Since the last update we've been working on testing our implementation of the latest spec, v0.11.1. In the last week we've raised two testnets:
unity-4k: a testnet with 4,096 validators for quick and easy testing.
unity-alpha: a testnet with 16,364 validators serving as a test-run for our next publicised testnet.
Both testnets are running on AWS across four regions with 16 instances per testnet. The testnets are not yet 100% aligned with v0.11.1, with some networking message validation still undergoing unit testing. These testnets are publicly accessible and have been used by other client teams and researchers, however we haven't publicised them so that we can be free to restart them at any time without disappointing users.
We're expecting to be fully aligned with v0.11.1 this week and launching a public, user-facing testnet next week (pending successful stress testing).
The two aforementioned testnets were both launched using our new Ansible automation setup. This setup fully automates testnet creation, including:
- Multi-region AWS infrastructure deployment
- Deposit contract deployment
- Installing Lighthouse, Geth, etc.
- Provisioning boot node networking keys
- Provisioning ETH to each validator node which then submits its own staking deposits.
- Defining and distributing a testnet specification
- Starting the testnet and waiting for genesis
It is designed such that it can easily support multiple testnets with different validator counts, infrastructure layouts and specification constants so we're looking forward to running some testnets with challenging characteristics, such as short slot times.
This automation setup is fully open source and available here: sigp/lighthouse-ansible.
This latest version of
tokio has a new "blocking" thread-pool that stops
long-running tasks (block processing) from blocking time-sensitive tasks
(network handshakes). We've experience these issues during stress testing
and are looking forward to alleviating them.
Our implementation of discovery v5 has been maintained on our fork of rust-libp2p. Other users are beginning to make use of this and we therefore plan to move it into it's own crate. Notably, @jrhea identified some bugs in our implementation which have been fixed.
Over the next few weeks we will undergo this transisition and start proper versioning of the protocol for public use.
Clients are diverging on their high level user API's and so client teams have
come together to try an unify the API standards. We have been slowly adding to
our external API and will be conforming to the new standards once they are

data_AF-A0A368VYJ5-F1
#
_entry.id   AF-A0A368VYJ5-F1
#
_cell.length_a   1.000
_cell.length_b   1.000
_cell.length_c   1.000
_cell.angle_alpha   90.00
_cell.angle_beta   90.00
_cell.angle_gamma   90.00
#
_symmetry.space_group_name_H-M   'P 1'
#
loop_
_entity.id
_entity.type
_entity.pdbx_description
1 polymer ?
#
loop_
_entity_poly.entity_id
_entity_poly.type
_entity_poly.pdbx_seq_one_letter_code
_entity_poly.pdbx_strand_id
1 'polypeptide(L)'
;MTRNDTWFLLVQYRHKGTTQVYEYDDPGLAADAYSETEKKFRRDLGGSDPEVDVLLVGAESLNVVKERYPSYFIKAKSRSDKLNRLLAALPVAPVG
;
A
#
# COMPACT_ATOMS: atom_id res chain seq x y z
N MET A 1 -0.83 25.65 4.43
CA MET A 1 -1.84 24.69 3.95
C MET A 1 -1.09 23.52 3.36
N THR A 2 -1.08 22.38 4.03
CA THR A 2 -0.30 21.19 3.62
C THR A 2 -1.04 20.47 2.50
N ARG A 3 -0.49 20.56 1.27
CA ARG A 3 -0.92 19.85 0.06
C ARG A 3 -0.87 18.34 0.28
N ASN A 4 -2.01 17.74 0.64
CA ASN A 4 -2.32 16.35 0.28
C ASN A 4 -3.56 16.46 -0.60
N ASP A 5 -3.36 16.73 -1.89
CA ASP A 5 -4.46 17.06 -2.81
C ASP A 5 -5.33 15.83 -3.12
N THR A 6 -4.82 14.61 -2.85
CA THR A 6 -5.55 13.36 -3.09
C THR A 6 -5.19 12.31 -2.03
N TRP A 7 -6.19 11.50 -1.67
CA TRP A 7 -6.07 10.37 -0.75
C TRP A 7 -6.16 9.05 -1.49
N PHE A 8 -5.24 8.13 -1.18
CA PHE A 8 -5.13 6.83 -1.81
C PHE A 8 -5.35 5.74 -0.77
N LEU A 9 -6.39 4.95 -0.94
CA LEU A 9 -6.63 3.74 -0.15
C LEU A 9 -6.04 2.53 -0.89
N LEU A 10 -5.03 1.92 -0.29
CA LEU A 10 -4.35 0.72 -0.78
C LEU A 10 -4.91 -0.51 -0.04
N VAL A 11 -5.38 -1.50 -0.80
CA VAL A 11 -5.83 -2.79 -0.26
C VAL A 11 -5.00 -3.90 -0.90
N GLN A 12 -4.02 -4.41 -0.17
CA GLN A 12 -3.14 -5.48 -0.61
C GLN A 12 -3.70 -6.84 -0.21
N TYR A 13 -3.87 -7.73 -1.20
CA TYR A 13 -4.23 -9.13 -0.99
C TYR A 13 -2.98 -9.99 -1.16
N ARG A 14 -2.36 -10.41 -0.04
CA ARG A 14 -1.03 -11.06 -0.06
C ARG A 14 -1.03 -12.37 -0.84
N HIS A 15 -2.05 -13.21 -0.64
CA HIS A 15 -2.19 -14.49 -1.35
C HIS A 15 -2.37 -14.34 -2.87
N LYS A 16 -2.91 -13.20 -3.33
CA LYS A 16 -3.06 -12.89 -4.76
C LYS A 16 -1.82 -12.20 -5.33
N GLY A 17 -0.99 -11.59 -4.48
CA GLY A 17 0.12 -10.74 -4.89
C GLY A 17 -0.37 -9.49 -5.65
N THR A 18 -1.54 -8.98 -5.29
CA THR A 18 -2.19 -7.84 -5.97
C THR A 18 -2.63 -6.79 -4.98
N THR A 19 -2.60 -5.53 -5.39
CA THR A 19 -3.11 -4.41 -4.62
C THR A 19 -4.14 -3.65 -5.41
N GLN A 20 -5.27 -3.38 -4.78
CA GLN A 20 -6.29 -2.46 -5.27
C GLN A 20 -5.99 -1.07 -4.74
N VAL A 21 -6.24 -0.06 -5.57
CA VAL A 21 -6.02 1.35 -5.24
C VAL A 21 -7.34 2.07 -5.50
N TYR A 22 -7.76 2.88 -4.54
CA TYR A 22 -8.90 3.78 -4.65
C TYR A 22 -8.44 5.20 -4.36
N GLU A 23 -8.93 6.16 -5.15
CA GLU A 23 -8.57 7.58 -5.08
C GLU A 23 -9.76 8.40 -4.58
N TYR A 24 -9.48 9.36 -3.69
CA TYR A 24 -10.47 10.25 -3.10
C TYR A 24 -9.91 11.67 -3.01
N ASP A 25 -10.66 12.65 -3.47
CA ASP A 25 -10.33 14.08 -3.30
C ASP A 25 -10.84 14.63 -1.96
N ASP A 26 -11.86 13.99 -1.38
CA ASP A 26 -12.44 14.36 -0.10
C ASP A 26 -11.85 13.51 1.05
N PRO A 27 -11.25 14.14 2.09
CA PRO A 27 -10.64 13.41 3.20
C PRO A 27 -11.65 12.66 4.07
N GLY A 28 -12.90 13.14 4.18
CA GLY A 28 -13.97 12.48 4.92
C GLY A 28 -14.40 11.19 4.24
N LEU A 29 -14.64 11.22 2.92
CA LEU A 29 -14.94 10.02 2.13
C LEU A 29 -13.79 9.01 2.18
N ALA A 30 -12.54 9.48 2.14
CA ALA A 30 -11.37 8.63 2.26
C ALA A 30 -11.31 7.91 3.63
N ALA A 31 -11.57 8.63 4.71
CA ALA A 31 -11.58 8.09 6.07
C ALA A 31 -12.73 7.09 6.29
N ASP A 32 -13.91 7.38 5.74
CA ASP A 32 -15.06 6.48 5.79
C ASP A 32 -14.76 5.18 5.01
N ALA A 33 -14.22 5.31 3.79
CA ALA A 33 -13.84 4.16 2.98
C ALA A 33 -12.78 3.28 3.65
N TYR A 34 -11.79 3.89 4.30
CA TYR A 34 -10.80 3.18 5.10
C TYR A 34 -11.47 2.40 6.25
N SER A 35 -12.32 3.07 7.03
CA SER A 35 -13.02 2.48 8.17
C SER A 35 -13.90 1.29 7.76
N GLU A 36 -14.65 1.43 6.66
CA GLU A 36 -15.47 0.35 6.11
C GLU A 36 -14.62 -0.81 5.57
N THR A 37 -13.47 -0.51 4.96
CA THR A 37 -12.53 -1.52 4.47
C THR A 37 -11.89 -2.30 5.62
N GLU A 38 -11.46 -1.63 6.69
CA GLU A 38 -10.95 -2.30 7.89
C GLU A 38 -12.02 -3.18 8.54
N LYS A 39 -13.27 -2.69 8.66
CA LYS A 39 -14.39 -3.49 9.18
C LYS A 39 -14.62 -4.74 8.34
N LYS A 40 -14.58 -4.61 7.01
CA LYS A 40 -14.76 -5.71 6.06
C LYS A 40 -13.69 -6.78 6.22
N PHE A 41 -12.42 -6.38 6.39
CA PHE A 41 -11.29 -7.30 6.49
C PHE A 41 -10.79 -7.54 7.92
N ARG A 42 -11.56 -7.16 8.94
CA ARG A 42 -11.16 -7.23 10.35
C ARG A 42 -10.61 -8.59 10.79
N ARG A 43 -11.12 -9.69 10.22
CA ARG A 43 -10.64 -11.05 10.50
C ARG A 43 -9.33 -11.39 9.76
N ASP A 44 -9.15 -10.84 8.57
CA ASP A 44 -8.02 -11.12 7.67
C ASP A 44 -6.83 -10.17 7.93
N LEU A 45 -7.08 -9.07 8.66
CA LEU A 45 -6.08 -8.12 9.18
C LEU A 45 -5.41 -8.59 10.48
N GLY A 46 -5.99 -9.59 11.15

finalized. Of particular note, we have (finally) added in API access to our
syncing logic via
/node/syncing as well as some advanced information into our
networking stack, for example
In the coming weeks, we will be growing our API rapidly to meet the standards and improving our documentation to make Lighthouse more end-user friendly.
During fuzzing we noticed that the spec doesn't clearly define how to handle an overflow in integer arithmetic. We opened issue #1701 on the spec repo to deal with this which has had a good reception.
Whilst there should be no way to trigger an overflow when processing all blocks from a trusted genesis state, however if we develop more complicated sync strategies like Eth1 warp-sync we may find that states are no longer trusted and may be malicious.
To address this, Michael has implemented safe arithmetic throughout the state transition logic and we have started fuzzing our implementation with arbitrary states.
Over the past few weeks we have been doing interoperability tests with other clients in order to achieve our goal of a multi-client testnet.
Teku has performed various tests checking interoperability with our RPC methods and recently become compatible with our Noise libp2p protocol and have demonstrated successful connections with noise handshakes.
Prysm recently launched their topaz testnet which we initially had difficulties connecting to. We've tracked the connection issues down to Prysm nodes reaching max peers, often preventing Lighthouse node from joining in. With this aside, we have managed to connect to the topaz network. Prysm nodes currently only support the secio protocol, so a successful connection has demonstrated Lighthouse's ability to attempt to negotiate noise, then fallback to secio.
Once connected, the initial RPC methods seem to be compatible and we begin syncing the topaz tesnet, yay! However we found a state-root mismatch on the first block of the second epoch. It was discovered there was a critical bug in rewards calculations in Prysm's nodes causing the state-root mismatch. Therefore, further multi-client interoperability tests with Prysm will be conducted on a new Prysm testnet alongside tests with Prysm nodes joining one of our v0.11 testnets.